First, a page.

Mr O'Toole: I notice, for example, that at the table Alex and perhaps Lisa use the phone on occasion.

Mr Sibenik: Yes.

Mr O'Toole: Who are they calling? I haven't really received a call from them. This is an electronic device. What are they using it for?

Mr Sibenik: They're using it to call me, for example, and people within their respective offices as well.

Mr O'Toole: I think it's appropriate. You want to get reliable and accurate information, and it's in that context -- no politics involved. We have to recognize that we're dealing with volumes of information and the reliability of that information. I'm quite comfortable that with the proper PF key we can access the whole bill and the arguments that have been made and by whom. I think I've made my point. I'm encouraged that there are those staff people who do database searches to come up with protocol and precedents. That's excellent. I'm encouraged.

The Chair: Any further questions for Mr Sibenik? Seeing none, we'll move into general discussion.

Mr Young: The letter I wrote the Speaker sums up my feelings on the issue very closely. It's becoming a bigger issue than I ever thought it would be, although I'm glad it's here, because I think it's a helpful discussion. It's very important that we understand -- all the members, not just the government members -- that we were sent here to do more with less, and a notebook computer is an extremely valuable tool to help us do that.

With your permission, Mr Chairman, I'll demonstrate. This is my notebook computer, which I actually used on the road with Bill 26 in January. I had the permission of the Chair in our Bill 26 subcommittee. It was no problem whatsoever. It's totally silent. It caused no problem on the road whatsoever. When we came back, the Chair of the committee said he'd prefer I didn't, so that was what initiated this process.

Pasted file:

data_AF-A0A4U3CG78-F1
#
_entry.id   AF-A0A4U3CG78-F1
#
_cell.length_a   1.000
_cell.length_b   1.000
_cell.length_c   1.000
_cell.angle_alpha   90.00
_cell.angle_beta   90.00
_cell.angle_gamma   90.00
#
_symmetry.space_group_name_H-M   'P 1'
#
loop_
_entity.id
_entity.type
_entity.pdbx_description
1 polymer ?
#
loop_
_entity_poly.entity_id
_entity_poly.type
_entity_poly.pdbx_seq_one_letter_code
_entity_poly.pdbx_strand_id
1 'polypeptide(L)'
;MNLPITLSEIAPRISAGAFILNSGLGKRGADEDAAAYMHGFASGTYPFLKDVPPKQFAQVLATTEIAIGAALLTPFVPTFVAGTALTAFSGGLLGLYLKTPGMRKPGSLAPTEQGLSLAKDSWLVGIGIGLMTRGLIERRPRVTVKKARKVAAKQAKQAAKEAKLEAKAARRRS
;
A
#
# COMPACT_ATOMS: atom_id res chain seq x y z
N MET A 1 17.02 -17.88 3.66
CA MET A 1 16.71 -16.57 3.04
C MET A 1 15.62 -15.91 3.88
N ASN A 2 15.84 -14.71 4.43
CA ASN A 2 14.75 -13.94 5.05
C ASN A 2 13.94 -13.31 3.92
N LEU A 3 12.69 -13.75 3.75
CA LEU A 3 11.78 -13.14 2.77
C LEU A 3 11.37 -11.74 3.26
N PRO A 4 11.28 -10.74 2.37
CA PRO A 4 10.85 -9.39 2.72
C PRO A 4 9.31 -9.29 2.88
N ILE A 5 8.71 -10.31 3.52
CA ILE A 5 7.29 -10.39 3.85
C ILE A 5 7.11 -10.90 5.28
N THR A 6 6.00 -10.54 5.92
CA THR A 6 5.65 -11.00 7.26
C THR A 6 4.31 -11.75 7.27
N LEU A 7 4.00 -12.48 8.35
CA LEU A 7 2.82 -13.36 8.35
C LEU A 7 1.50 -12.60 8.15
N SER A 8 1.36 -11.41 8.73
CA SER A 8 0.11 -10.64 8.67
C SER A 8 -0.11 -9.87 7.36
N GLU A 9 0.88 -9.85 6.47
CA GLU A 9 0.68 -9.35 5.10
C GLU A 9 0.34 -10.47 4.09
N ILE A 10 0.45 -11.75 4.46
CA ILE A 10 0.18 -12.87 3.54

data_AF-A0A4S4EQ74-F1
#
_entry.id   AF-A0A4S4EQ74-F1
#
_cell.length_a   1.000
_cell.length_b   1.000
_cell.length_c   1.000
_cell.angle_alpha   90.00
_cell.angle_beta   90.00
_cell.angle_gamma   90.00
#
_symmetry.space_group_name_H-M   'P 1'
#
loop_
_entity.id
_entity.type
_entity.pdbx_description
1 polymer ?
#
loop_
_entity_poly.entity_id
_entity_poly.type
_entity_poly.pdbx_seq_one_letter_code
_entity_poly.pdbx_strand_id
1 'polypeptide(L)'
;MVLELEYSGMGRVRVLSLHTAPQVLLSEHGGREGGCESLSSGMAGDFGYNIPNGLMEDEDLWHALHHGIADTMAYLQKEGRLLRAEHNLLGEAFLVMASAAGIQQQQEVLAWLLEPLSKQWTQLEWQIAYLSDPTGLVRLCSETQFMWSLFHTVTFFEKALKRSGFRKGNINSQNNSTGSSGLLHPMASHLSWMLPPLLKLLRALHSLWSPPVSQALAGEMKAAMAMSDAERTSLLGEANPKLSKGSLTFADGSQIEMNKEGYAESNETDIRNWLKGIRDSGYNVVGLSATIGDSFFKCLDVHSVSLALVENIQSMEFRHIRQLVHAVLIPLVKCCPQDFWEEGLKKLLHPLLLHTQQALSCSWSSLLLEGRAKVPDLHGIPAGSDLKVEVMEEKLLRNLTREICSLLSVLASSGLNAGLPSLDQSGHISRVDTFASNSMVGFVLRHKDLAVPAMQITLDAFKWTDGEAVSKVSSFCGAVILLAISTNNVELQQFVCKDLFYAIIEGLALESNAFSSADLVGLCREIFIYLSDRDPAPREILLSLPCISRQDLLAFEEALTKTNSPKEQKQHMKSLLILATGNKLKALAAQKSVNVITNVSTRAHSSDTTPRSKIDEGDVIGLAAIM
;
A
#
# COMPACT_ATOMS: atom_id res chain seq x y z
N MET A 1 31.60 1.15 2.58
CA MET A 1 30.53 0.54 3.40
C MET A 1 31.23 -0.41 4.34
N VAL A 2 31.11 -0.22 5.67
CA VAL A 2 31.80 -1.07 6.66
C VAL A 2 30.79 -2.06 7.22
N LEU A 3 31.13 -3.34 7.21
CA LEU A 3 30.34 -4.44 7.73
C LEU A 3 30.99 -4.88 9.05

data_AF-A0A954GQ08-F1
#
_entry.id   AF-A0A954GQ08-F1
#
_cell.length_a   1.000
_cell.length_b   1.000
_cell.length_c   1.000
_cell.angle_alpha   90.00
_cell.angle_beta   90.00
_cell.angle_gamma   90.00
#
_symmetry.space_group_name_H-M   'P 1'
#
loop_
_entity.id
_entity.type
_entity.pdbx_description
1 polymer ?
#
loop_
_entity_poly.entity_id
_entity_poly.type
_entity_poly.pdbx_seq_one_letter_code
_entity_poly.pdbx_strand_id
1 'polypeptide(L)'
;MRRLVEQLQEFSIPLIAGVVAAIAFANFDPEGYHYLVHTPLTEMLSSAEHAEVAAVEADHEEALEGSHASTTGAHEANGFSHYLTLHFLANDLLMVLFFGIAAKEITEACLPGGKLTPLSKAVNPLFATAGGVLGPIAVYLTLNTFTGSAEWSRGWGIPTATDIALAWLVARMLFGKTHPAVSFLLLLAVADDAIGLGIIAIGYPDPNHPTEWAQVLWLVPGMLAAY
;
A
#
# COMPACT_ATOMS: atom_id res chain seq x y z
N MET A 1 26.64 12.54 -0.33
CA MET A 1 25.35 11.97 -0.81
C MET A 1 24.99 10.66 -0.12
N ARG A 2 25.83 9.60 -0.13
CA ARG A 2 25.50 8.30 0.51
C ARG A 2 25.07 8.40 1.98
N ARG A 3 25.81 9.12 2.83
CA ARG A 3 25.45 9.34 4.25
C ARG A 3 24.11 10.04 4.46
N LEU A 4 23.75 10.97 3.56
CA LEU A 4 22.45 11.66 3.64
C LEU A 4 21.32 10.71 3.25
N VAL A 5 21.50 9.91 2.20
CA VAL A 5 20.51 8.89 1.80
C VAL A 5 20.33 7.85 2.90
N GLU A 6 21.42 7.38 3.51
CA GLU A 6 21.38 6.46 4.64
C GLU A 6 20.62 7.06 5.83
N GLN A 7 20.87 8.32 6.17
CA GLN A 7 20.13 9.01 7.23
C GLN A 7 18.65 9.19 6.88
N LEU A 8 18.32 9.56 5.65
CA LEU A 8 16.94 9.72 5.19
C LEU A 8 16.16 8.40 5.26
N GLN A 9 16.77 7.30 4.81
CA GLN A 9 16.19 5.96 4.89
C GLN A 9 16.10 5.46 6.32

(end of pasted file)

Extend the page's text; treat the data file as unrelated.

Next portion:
This computer has enough memory to hold about 20 years of Hansard; that's how powerful it is. I do everything on it: I do my correspondence, I do notes to staff, I do virtually anything you can do in this job, except I haven't used it in the House. You can't use it to look for notes for speeches. It's basically just a modern version of pen and paper. That's all it is. I'm not advocating that someone should use it to do other work in the House that they wouldn't be doing otherwise, but everyone knows members sometimes do sign letters while they're listening to debate. That's a greater issue. I don't think this would make any difference.

The comparison to a telephone -- to me there is no comparison. It has no more in common with a telephone than an ordinary book, other than the fact that it has a battery in it. There's no comparison to a telephone, so I really don't understand that.

If you're interested, Mr Chairman, in a demonstration, I can show you how it works. I will tell you, I can sit at home late at night, working on behalf of my constituents in this assembly, and phone in to my computer in my constituency office and at Queen's Park here and take out any documents I want. It's as if you're there on the spot and it's not very difficult or expensive to do. This is what people are doing in all or most of the successful businesses in this province.